A Singleton pattern in python is a design pattern that allows you to create just one instance of a class, throughout the lifetime of a program. Using a singleton pattern has many benefits. A few of them are:
- To limit concurrent access to a shared resource.
- To create a global point of access for a resource.
- To create just one instance of a class, throughout the lifetime of a program.
Different ways to implement a Singleton:
A singleton pattern can be implemented in three different ways. They are as follows:
- Module-level Singleton
- Classic Singleton
- Borg Singleton
All modules are singleton, by definition. Let’s create a simple module-level singleton where the data is shared among other modules. Here we will create three python files – singleton.py, sample_module1.py, and sample_module2.py – in which the other sample modules share a variable from singleton.py.
## singleton.py shared_variable = "Shared Variable"
## samplemodule1.py import singleton print(singleton.shared_variable) singleton.shared_variable += "(modified by samplemodule1)"
##samplemodule2.py import singleton print(singleton.shared_variable)
Let’s look into the output.
Here, the value changed by samplemodule1 is also reflected in samplemodule2.
Classic Singleton creates an instance only if there is no instance created so far; otherwise, it will return the instance that is already created. Let’s take a look at the below code.
True Singleton Variable
Here, in the __new__ method, we will check whether an instance is created or not. If created, it will return the instance; otherwise, it will create a new instance. You can notice that singleton and new_singleton return the same instance and have the same variable.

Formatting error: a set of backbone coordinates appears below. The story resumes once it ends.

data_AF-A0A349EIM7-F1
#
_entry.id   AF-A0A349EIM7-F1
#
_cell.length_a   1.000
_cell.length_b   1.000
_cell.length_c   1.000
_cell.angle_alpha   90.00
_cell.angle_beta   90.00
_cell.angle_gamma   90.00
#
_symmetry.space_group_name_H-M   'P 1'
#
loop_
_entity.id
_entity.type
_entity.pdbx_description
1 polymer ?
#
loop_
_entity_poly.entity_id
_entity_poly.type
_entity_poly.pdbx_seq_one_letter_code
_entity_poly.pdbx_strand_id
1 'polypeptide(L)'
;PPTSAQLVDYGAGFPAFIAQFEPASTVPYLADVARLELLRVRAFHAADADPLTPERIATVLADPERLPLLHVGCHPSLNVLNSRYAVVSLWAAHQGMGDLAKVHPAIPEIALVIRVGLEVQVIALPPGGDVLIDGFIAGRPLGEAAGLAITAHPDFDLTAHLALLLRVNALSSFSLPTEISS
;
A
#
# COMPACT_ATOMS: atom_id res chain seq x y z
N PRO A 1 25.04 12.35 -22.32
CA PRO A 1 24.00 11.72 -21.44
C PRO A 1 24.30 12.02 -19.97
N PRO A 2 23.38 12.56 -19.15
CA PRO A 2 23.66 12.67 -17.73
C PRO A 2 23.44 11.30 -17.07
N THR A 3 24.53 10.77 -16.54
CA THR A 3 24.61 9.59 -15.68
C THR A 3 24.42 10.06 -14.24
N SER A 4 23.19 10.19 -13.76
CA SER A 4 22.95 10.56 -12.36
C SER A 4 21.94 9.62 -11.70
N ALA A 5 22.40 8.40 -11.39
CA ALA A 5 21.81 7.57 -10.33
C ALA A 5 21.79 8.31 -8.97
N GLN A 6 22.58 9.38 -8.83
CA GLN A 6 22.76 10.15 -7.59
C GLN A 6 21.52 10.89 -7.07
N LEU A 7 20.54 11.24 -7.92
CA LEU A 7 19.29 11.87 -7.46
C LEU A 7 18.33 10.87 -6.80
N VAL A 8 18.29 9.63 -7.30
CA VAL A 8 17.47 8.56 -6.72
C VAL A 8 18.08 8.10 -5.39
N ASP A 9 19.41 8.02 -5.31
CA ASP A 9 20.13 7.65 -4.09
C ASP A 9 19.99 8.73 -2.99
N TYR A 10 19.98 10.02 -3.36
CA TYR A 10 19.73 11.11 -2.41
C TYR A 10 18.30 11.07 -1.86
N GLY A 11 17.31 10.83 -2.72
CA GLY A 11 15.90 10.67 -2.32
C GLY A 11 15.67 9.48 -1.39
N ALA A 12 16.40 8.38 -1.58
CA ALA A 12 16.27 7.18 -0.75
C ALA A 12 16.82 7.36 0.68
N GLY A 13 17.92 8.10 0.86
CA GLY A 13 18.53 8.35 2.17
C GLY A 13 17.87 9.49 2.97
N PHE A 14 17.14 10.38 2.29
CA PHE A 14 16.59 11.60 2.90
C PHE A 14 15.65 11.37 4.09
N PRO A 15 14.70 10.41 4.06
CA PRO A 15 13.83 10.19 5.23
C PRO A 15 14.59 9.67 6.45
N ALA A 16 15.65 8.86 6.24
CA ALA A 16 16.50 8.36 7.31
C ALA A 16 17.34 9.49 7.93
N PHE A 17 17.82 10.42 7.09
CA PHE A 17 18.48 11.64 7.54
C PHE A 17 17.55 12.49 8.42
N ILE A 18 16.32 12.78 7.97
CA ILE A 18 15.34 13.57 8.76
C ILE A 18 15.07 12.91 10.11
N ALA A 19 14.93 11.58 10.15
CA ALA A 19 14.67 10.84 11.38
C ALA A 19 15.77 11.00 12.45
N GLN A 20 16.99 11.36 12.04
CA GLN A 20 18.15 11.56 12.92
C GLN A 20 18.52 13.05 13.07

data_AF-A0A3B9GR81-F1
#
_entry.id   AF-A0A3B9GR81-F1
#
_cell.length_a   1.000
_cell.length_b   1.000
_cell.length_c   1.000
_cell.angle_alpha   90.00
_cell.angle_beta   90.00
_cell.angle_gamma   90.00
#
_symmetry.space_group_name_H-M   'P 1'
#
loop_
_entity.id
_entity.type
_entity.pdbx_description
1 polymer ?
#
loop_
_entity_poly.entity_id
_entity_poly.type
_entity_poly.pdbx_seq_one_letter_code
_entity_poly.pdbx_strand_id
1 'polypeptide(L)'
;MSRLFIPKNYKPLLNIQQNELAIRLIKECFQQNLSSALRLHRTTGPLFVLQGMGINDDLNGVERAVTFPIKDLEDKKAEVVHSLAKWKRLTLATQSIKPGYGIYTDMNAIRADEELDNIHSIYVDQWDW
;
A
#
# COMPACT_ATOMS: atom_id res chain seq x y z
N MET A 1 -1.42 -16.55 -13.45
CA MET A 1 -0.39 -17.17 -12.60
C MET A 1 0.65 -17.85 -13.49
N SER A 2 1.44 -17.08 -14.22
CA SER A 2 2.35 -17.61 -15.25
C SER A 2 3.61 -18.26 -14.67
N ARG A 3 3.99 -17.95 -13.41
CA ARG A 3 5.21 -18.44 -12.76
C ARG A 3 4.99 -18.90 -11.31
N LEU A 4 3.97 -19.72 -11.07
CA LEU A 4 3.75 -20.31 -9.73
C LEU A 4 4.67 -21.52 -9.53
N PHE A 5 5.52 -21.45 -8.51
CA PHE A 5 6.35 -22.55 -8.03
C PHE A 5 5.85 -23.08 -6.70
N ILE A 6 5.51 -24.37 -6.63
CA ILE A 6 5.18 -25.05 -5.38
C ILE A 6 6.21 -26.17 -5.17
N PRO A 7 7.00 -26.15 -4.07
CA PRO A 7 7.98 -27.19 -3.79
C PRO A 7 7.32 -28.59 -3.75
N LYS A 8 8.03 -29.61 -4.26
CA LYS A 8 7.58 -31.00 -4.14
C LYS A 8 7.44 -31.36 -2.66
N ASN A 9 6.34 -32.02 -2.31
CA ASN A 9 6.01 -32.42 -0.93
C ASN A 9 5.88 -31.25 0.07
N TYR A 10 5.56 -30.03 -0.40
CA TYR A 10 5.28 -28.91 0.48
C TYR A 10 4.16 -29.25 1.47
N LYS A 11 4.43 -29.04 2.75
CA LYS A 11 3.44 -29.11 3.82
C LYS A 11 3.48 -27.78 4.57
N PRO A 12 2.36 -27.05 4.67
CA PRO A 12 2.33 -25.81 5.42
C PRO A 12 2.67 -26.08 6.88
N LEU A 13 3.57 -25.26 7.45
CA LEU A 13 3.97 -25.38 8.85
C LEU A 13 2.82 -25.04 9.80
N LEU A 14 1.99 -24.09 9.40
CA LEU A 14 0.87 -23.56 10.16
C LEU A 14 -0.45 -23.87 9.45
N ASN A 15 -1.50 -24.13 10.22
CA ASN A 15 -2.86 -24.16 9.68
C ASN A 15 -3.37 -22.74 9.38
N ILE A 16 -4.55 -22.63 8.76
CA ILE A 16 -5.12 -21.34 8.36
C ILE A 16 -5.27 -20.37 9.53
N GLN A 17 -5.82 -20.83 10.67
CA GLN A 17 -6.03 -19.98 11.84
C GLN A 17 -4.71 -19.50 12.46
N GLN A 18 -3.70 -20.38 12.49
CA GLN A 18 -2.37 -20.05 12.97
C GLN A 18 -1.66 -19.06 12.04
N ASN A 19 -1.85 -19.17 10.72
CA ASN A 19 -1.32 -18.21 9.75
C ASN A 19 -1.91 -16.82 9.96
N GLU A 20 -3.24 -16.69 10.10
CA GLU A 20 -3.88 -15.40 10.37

Let’s check what happens when we subclass a singleton class.
True Singleton Variable
Here, you can see that SingletonChild has the same instance of SingletonClass and also shares the same state. But there are scenarios, where we need a different instance, but should share the same state. This state sharing can be achieved using Borg singleton.
Borg singleton is a design pattern in Python that allows state sharing for different instances. Let’s look into the following code.
False Shared Variable
Along with the new instance creation process, a shared state is also defined in the __new__ method. Here the shared state is retained using the shared_borg_state attribute and it is stored in the __dict__ dictionary of each instance.
If you want a different state, then you can reset the shared_borg_state attribute. Let’s see how to reset a shared state.
Here, we have reset the shared state and tried to access the shared_variable. Let’s see the error.
Traceback (most recent call last): File "/home/329d68500c5916767fbaf351710ebb13.py", line 16, in <module> print(newChildBorg.shared_variable) AttributeError: 'NewChildBorg' object has no attribute 'shared_variable'
Use cases of a Singleton:
Let’s list a few of the use cases of a singleton class. They are as follows:
- Managing a database connection
- Global point access to writing log messages
- File Manager
- Print spooler
Create a Web Crawler using Classic Singleton:
Let’s create a webcrawler that uses the benefit of a classic singleton. In this practical example, the crawler scans a webpage, fetch the links associated with the same website, and download all the images in it. Here, we have two main classes and two main functions.
- CrawlerSingleton: This class acts a classic singleton
- ParallelDownloader: This class provides thread functionality to download images
- navigate_site: This function crawls the website and fetches the links that belong to the same website. And, finally, it arranges the link to download images.
- download_images: This function crawls the page link and downloads the images.
Apart from the above classes and functions, we use two sets of libraries to parse the web page – BeautifulSoap and HTTP Client.
Have a look at the below code.
Note: Execute the code in your local machine
Let’s look into the downloaded images and python shell output.
Singleton pattern is a design pattern in Python that restricts the instantiation of a class to one object. It can limit concurrent access to a shared resource, and also it helps to create a global point of access for a resource.
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